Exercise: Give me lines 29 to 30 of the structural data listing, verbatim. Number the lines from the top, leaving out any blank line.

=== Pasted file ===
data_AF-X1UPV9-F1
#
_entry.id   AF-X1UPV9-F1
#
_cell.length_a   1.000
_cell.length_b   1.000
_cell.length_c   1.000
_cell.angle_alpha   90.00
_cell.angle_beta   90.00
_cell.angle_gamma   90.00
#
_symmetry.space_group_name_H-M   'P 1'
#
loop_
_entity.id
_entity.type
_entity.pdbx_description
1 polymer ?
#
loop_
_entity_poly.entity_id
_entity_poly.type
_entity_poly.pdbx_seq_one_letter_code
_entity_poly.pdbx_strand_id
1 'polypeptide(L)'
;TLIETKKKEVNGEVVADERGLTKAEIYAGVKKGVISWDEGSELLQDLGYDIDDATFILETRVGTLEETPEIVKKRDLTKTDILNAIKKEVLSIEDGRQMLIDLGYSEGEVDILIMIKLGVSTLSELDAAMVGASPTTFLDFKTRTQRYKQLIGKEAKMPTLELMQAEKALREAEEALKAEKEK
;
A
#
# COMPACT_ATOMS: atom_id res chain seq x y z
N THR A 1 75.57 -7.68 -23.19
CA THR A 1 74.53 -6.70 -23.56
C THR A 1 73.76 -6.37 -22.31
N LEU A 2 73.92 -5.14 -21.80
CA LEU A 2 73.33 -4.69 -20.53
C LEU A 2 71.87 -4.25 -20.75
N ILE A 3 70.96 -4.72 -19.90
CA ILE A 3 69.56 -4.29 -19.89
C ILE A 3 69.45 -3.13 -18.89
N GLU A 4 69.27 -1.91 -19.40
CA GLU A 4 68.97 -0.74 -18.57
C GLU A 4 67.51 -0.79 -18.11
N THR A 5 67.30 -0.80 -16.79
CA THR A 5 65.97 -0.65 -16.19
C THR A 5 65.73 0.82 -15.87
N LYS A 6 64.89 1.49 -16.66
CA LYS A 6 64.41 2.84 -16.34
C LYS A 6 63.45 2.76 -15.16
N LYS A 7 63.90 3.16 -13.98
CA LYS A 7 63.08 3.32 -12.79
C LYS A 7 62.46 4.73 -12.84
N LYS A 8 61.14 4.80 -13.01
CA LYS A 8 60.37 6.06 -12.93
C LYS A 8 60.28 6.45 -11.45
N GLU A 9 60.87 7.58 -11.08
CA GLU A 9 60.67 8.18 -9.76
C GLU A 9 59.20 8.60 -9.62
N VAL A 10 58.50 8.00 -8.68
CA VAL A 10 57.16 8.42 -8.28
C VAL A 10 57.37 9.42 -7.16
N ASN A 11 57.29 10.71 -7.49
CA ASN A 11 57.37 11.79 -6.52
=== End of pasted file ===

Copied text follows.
#
# COMPACT_ATOMS: atom_id res chain seq x y z